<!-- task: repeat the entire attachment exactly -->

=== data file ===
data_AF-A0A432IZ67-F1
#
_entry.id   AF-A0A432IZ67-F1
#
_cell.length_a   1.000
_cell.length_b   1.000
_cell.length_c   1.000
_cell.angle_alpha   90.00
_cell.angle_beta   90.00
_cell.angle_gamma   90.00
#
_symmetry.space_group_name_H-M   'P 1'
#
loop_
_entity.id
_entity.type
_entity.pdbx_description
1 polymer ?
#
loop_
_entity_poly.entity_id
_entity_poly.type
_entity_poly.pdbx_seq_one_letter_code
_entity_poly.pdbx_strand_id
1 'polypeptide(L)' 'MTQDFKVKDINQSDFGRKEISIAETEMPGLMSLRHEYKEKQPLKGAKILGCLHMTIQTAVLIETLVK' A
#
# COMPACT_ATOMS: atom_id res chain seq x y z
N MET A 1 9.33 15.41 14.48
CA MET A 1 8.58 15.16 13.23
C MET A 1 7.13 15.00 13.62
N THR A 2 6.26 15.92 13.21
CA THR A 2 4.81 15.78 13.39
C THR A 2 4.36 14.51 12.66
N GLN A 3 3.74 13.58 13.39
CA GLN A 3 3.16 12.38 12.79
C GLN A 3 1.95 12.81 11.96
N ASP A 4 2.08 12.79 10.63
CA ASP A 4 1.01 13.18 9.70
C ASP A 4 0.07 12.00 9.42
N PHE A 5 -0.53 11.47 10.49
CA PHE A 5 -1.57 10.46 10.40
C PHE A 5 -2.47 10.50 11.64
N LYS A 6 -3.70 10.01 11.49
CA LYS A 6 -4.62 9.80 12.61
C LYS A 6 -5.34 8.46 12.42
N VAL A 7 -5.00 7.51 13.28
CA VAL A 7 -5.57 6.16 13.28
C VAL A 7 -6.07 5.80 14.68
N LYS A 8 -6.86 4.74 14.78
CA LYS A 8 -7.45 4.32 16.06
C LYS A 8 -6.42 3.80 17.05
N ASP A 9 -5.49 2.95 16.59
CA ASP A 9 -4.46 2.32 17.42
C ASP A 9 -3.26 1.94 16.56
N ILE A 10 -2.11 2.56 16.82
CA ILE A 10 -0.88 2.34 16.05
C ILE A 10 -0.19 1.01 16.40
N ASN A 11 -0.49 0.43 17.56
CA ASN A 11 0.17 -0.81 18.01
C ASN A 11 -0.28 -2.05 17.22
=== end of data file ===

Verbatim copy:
data_AF-A0A432IZ67-F1
#
_entry.id   AF-A0A432IZ67-F1
#
_cell.length_a   1.000
_cell.length_b   1.000
_cell.length_c   1.000
_cell.angle_alpha   90.00
_cell.angle_beta   90.00
_cell.angle_gamma   90.00
#
_symmetry.space_group_name_H-M   'P 1'
#
loop_
_entity.id
_entity.type
_entity.pdbx_description
1 polymer ?
#
loop_
_entity_poly.entity_id
_entity_poly.type
_entity_poly.pdbx_seq_one_letter_code
_entity_poly.pdbx_strand_id
1 'polypeptide(L)' 'MTQDFKVKDINQSDFGRKEISIAETEMPGLMSLRHEYKEKQPLKGAKILGCLHMTIQTAVLIETLVK' A
#
# COMPACT_ATOMS: atom_id res chain seq x y z
N MET A 1 9.33 15.41 14.48
CA MET A 1 8.58 15.16 13.23
C MET A 1 7.13 15.00 13.62
N THR A 2 6.26 15.92 13.21
CA THR A 2 4.81 15.78 13.39
C THR A 2 4.36 14.51 12.66
N GLN A 3 3.74 13.58 13.39
CA GLN A 3 3.16 12.38 12.79
C GLN A 3 1.95 12.81 11.96
N ASP A 4 2.08 12.79 10.63
CA ASP A 4 1.01 13.18 9.70
C ASP A 4 0.07 12.00 9.42
N PHE A 5 -0.53 11.47 10.49
CA PHE A 5 -1.57 10.46 10.40
C PHE A 5 -2.47 10.50 11.64
N LYS A 6 -3.70 10.01 11.49
CA LYS A 6 -4.62 9.80 12.61
C LYS A 6 -5.34 8.46 12.42
N VAL A 7 -5.00 7.51 13.28
CA VAL A 7 -5.57 6.16 13.28
C VAL A 7 -6.07 5.80 14.68
N LYS A 8 -6.86 4.74 14.78
CA LYS A 8 -7.45 4.32 16.06
C LYS A 8 -6.42 3.80 17.05
N ASP A 9 -5.49 2.95 16.59
CA ASP A 9 -4.46 2.32 17.42
C ASP A 9 -3.26 1.94 16.56
N ILE A 10 -2.11 2.56 16.82
CA ILE A 10 -0.88 2.34 16.05
C ILE A 10 -0.19 1.01 16.40
N ASN A 11 -0.49 0.43 17.56
CA ASN A 11 0.17 -0.81 18.01
C ASN A 11 -0.28 -2.05 17.22